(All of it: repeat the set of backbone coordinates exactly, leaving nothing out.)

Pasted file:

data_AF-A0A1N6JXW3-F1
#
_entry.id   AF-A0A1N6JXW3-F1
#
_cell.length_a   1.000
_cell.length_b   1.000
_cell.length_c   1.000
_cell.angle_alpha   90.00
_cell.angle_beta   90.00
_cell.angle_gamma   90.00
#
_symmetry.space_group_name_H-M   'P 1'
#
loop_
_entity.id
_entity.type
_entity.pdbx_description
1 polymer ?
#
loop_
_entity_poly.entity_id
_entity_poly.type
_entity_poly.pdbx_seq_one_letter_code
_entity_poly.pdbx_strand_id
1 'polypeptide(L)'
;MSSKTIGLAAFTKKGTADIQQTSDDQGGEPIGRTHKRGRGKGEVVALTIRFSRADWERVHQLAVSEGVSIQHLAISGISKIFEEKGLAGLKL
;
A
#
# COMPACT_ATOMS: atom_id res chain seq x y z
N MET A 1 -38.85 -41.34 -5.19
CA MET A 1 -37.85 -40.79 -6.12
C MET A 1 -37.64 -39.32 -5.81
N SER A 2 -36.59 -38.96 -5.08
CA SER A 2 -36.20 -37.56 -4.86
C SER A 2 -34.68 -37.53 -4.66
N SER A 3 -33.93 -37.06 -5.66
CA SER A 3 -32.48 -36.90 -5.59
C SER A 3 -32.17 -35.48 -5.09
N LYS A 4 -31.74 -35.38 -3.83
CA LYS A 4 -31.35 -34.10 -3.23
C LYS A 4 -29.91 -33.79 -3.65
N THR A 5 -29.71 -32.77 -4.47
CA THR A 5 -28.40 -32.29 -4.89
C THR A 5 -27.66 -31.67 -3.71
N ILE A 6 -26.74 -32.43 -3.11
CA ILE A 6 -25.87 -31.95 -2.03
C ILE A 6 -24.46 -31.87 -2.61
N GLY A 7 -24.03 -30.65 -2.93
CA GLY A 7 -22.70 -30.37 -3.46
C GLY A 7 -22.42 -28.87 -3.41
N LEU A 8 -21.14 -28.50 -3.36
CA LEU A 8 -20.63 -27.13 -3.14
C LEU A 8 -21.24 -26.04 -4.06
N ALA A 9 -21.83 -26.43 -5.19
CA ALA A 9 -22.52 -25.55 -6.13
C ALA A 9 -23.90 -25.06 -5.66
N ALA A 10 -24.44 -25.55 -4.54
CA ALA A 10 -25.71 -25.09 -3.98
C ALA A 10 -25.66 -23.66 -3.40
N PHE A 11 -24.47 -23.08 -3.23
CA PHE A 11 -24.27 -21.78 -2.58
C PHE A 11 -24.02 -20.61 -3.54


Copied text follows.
data_AF-A0A1N6JXW3-F1
#
_entry.id   AF-A0A1N6JXW3-F1
#
_cell.length_a   1.000
_cell.length_b   1.000
_cell.length_c   1.000
_cell.angle_alpha   90.00
_cell.angle_beta   90.00
_cell.angle_gamma   90.00
#
_symmetry.space_group_name_H-M   'P 1'
#
loop_
_entity.id
_entity.type
_entity.pdbx_description
1 polymer ?
#
loop_
_entity_poly.entity_id
_entity_poly.type
_entity_poly.pdbx_seq_one_letter_code
_entity_poly.pdbx_strand_id
1 'polypeptide(L)'
;MSSKTIGLAAFTKKGTADIQQTSDDQGGEPIGRTHKRGRGKGEVVALTIRFSRADWERVHQLAVSEGVSIQHLAISGISKIFEEKGLAGLKL
;
A
#
# COMPACT_ATOMS: atom_id res chain seq x y z
N MET A 1 -38.85 -41.34 -5.19
CA MET A 1 -37.85 -40.79 -6.12
C MET A 1 -37.64 -39.32 -5.81
N SER A 2 -36.59 -38.96 -5.08
CA SER A 2 -36.20 -37.56 -4.86
C SER A 2 -34.68 -37.53 -4.66
N SER A 3 -33.93 -37.06 -5.66
CA SER A 3 -32.48 -36.90 -5.59
C SER A 3 -32.17 -35.48 -5.09
N LYS A 4 -31.74 -35.38 -3.83
CA LYS A 4 -31.35 -34.10 -3.23
C LYS A 4 -29.91 -33.79 -3.65
N THR A 5 -29.71 -32.77 -4.47
CA THR A 5 -28.40 -32.29 -4.89
C THR A 5 -27.66 -31.67 -3.71
N ILE A 6 -26.74 -32.43 -3.11
CA ILE A 6 -25.87 -31.95 -2.03
C ILE A 6 -24.46 -31.87 -2.61
N GLY A 7 -24.03 -30.65 -2.93
CA GLY A 7 -22.70 -30.37 -3.46
C GLY A 7 -22.42 -28.87 -3.41
N LEU A 8 -21.14 -28.50 -3.36
CA LEU A 8 -20.63 -27.13 -3.14
C LEU A 8 -21.24 -26.04 -4.06
N ALA A 9 -21.83 -26.43 -5.19
CA ALA A 9 -22.52 -25.55 -6.13
C ALA A 9 -23.90 -25.06 -5.66
N ALA A 10 -24.44 -25.55 -4.54
CA ALA A 10 -25.71 -25.09 -3.98
C ALA A 10 -25.66 -23.66 -3.40
N PHE A 11 -24.47 -23.08 -3.23
CA PHE A 11 -24.27 -21.78 -2.58
C PHE A 11 -24.02 -20.61 -3.54